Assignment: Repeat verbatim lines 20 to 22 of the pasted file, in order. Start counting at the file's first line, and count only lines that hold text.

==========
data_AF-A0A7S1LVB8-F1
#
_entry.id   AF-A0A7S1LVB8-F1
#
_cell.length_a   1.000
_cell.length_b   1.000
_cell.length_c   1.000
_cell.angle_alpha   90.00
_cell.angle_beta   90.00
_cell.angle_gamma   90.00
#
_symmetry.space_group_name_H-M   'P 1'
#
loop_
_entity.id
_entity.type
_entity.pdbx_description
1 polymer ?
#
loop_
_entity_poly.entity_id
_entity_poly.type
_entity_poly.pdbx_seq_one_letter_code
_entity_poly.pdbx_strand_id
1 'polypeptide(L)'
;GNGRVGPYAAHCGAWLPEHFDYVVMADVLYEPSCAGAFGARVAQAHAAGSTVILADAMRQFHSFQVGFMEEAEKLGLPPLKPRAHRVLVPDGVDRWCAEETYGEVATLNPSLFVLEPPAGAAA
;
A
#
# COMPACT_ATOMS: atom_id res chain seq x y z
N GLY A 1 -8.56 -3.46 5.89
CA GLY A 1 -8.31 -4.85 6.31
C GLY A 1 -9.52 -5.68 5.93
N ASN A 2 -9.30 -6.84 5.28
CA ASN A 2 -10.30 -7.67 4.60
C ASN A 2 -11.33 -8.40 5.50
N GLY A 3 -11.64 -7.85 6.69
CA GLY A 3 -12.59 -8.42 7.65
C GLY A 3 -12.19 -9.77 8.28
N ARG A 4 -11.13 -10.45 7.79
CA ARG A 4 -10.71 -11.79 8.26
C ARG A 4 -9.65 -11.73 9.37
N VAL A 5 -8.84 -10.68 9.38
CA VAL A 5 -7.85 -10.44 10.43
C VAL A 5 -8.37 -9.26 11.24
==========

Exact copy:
loop_
_entity_poly.entity_id
_entity_poly.type